AP Snags Pulitzers For Politicized Pandemic And Riots

AP Snags Pulitzers For Politicized Pandemic And Riots

AP Snags Pulitzers For Politicized Pandemic And Riots

Associated Press (AP) photographers were awarded the coveted Pulitizer Prize yesterday for photos which captured pain in a the COVID-19 pandemic and, as AP likes to word it, “protests against racial injustice”.

AP’s chief photographer in Spain, Emilio Morenatti, won the feature photography prize. Now, no offense to Morenatti because we don’t know the guy, but get a load of what J. David Ake, AP assistant managing editor and director of photography had to say:

The outstanding work of the AP photography staff in covering racial justice protests and Emilio Morenatti’s compassionate, yearlong look at the impact of COVID-19 on the elderly in Spain are two shining examples of what photojournalists strive to do everywhere: use light and shadow to bring knowledge and understanding to all corners of the globe.”-J. David Ake

Use light and shadow? Morenatti may be a shining example of an AP photo journalist as he rode through the streets of his native Spain, on his scooter capturing despair and sadness. He’s experienced life in a few war zones and even got half of his leg amputated below the knee after being hit by a roadside bomb, but light and shadow means nothing to the individuals who call themselves “journalists” and put words to paper. While a picture tells a story, the words tell us something different. A picture, after all, is open to interpretation. But the choice of words in AP News stories, on the pages of The Washington Post, and out of the lips of those on CNN and our other news outlets? I’d be hard-pressed to say that those individuals are, (ahem), “striving to bring knowledge and understanding to all corners of the globe”.

Morenatti of AP won the Pulitzer for his haunting depiction of the toll of COVID-19 on Spain’s elderly population. One photo depicts healthcare workers walking away from a dead, elderly man. The other depicts a masked, elderly couple kissing through a plastic sheet, embracing one another while wearing plastic gloves.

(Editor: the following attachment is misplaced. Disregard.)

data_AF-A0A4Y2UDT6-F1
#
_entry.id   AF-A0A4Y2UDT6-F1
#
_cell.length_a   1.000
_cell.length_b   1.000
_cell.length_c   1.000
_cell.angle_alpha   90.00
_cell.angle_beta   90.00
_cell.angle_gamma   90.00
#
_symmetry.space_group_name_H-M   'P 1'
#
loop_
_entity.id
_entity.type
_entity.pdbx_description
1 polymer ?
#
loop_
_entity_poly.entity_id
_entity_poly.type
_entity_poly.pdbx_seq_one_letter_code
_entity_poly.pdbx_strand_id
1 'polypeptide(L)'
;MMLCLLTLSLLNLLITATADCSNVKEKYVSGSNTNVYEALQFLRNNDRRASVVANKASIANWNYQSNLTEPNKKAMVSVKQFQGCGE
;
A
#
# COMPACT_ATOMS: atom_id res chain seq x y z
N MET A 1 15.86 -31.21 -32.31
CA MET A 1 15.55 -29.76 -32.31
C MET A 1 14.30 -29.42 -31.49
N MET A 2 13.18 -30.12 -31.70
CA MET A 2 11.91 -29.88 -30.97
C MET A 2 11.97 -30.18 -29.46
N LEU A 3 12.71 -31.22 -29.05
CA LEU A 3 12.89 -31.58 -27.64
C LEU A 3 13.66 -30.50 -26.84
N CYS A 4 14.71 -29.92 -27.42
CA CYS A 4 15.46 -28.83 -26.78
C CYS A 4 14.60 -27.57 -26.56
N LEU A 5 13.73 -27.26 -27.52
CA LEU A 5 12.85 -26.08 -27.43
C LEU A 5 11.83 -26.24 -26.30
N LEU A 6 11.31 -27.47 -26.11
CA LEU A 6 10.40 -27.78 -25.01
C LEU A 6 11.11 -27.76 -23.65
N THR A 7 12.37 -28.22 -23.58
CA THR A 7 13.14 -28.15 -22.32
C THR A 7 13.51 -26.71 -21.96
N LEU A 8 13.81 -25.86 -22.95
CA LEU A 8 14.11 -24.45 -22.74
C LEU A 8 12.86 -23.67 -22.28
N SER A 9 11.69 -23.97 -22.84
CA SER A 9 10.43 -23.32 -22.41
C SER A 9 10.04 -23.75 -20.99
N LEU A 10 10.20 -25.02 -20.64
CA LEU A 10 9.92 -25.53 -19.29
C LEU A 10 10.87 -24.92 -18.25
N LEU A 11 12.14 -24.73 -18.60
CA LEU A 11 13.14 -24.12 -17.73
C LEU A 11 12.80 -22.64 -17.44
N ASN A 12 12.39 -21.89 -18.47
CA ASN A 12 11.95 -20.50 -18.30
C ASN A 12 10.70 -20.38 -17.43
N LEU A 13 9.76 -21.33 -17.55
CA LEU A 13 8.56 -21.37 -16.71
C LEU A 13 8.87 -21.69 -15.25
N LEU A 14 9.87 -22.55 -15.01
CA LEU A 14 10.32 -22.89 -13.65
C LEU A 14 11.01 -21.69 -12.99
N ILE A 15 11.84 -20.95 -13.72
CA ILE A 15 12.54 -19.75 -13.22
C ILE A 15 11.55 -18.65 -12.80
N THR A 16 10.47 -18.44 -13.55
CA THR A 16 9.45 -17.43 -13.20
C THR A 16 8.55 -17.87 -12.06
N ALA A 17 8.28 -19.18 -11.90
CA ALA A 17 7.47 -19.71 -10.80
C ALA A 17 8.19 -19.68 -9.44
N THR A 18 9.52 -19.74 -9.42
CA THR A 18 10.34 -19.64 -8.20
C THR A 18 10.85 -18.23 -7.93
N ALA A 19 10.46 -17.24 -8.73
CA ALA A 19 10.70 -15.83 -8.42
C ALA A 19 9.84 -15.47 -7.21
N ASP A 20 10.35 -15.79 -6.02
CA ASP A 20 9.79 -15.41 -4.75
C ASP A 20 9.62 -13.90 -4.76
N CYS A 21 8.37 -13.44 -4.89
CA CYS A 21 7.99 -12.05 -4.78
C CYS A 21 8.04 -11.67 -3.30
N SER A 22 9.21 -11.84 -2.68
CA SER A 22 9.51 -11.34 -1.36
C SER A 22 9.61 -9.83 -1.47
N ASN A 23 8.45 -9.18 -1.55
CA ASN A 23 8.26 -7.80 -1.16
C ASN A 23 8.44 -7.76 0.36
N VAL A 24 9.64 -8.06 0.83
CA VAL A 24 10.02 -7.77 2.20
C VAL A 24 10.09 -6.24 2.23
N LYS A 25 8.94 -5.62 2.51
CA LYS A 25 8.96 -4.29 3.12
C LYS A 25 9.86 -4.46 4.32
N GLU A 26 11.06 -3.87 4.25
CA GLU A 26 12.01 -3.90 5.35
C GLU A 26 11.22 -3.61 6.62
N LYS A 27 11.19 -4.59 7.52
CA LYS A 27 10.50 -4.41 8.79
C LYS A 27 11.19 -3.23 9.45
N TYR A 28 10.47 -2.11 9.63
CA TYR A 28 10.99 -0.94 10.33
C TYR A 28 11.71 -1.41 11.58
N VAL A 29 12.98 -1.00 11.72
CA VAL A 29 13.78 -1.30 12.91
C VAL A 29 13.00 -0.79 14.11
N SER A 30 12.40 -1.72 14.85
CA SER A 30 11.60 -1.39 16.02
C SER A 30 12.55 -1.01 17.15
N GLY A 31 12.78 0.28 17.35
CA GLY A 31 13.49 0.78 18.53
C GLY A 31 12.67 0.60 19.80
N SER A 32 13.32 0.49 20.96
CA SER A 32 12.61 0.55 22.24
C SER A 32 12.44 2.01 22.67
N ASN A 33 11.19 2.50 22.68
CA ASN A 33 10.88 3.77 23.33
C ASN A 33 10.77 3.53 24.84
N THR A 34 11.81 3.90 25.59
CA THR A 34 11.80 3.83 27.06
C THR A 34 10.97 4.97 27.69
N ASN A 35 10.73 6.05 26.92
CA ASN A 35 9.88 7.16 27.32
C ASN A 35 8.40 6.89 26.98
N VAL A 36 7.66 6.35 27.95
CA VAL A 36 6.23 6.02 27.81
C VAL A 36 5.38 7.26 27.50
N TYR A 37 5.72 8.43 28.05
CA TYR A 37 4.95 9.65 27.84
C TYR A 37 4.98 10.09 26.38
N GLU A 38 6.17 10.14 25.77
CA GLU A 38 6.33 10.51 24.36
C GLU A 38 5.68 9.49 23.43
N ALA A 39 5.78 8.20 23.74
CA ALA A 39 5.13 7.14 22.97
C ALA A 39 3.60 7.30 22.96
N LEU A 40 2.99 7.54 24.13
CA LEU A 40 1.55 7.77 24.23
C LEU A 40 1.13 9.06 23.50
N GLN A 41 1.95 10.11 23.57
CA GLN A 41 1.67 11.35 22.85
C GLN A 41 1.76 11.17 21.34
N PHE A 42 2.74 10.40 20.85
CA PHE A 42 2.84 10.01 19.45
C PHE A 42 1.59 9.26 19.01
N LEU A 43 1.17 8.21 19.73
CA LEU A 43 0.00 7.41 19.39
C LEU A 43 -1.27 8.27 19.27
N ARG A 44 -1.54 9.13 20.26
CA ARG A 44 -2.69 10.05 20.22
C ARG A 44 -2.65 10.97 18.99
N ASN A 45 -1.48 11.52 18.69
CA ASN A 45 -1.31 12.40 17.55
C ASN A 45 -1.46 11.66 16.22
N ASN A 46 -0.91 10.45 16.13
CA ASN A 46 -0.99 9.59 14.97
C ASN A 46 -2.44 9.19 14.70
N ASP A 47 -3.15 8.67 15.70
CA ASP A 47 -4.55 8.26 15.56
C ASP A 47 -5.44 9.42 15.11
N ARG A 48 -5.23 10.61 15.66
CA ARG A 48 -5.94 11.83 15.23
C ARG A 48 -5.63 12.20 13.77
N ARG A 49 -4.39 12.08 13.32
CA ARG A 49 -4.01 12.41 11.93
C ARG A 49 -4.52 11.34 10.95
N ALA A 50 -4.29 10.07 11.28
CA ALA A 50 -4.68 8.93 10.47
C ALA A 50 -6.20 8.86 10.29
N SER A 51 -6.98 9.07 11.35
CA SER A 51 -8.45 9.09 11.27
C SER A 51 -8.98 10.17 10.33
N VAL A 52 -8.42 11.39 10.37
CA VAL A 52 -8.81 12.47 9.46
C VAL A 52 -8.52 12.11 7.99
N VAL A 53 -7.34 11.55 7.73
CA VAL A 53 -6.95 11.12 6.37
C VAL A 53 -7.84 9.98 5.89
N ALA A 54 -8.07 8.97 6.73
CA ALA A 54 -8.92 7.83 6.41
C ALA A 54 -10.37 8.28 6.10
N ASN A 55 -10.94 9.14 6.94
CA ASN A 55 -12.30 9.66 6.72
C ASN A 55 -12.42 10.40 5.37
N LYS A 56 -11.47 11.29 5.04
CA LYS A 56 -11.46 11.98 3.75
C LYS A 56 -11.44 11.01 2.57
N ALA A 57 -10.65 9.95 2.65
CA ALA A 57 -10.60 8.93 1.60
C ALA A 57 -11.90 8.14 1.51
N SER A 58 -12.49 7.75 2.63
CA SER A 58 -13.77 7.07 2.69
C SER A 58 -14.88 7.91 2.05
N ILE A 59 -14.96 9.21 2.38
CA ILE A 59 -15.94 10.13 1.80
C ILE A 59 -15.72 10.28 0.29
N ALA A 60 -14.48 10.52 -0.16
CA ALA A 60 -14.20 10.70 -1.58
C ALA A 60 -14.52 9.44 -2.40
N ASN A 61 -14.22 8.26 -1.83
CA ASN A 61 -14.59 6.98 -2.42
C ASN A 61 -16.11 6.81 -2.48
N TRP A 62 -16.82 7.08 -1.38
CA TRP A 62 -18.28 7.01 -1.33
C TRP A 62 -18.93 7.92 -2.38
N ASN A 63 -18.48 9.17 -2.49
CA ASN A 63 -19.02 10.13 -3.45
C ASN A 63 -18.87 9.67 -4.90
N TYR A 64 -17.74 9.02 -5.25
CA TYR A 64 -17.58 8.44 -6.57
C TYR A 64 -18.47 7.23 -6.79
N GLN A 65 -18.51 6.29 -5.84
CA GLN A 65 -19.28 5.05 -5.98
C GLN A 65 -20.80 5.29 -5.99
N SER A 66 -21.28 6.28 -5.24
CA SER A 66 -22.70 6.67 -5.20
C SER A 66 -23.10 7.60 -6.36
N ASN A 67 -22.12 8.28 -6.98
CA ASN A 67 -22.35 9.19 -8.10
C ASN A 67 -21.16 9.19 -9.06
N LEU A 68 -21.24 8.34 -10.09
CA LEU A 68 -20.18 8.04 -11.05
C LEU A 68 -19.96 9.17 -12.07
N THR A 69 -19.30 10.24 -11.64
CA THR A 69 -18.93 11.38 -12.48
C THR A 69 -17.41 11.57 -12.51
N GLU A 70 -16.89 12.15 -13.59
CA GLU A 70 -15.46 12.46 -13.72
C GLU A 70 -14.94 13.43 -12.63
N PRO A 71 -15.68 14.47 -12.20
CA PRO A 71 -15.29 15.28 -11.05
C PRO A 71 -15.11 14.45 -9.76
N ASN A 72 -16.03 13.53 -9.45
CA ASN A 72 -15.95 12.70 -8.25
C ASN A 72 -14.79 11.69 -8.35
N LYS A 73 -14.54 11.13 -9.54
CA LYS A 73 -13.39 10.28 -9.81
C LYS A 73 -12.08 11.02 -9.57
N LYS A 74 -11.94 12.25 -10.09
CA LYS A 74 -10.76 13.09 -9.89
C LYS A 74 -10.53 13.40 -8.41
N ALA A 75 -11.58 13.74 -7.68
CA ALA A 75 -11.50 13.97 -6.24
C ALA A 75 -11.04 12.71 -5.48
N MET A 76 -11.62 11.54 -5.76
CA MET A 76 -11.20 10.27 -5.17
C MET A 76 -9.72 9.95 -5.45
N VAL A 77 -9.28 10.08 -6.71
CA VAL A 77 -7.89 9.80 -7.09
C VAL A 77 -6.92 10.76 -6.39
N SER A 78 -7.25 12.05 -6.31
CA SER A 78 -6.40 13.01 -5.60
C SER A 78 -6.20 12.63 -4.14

And while our elderly parents, grandparents, family, friends and neighbors locked themselves up and isolated themselves in fear, and in some extreme cases, paralyzing fear for almost a year and a half, AP was also busy telling us that the Coronavirus, according to WHO, did not leak from a Wuhan lab. AP also neglected to dive into stories such as Andrew Cuomo’s nursing home atrocities. But AP jumped at the chance to call former President Trump the “alternative facts” President? They’ve also jumped at the chance to declare Joe Biden our new President on November 7, 2020 before all votes were properly counted.

Light and shadow. Knowledge and understanding.

Um, AP? Are you there? Who published an article promoting known racist President’s known racist son‘s book back in February, with a quote from the mentally unstable author known as Stephen King?

Biden remembers it all and tells it all with a bravery that is both heartbreaking and quite gorgeous.”-Stephen King

(Gag.) No, Mr. King. Nothing is gorgeous about the crack-abusing womanizing, f–k-up son of our current President but let’s roll this train back to the station, shall we? AP chose to publish this article promoting the President’s son and his new book. But AP also chose to remain largely silent on Hunter Biden and his racist remarks as of late. Light, meet shadow. No need to “bring knowledge and understanding” here. Guess that story did not make the cut, AP?

And while we are on the subject of racism, AP took another Pulitzer in the category of breaking news photography and the photo journalists who captured, what they call, “U.S. unrest”.

AP photographers captured close-up images of demonstrators with fists in the air and sometimes violent conflicts with police. One widely published photograph by Julio Cortez on the night of May 28 in riot-torn Minneapolis shows a lone, silhouetted protester running with an upside-down American flag past a burning liquor store.”-Michael Hill, AP News

Demonstrators, says AP.

Again, no offense to Julio Cortez for his award-winning depiction of a “protestor” running past a burning liquor store (that some other “demonstrator/protestor” set on fire, no doubt). This was just a symbol of the unrest in America. Demonstrators with fists in the air were also the ones who threw rocks at windows, who torched buildings, who looted businesses and trashed hard-working, innocent people’s vehicles and homes in these cities while parading through the streets with upside-down American flags.

These Pulitzer-winning AP photographers may have raw talent in capturing a story and conjuring up many emotions with the lens but, sadly, whatever story they are trying to tell, whatever creativity and emotions they are trying to strike, is lost on some. Why? Because our popular journalists showcasing their writing prowess choose to use biased language. Our talking heads providing our “news” are largely of one political persuasion. Our editors and producers want to provide a slant and push a narrative. They cannot help themselves. Objectivity in print and in broadcast has become a notion of the past, fading into the shadow. We can only hope for more light.

Photo Credit: Pen Waggener/FlickR/CC BY 2.0/Cropped

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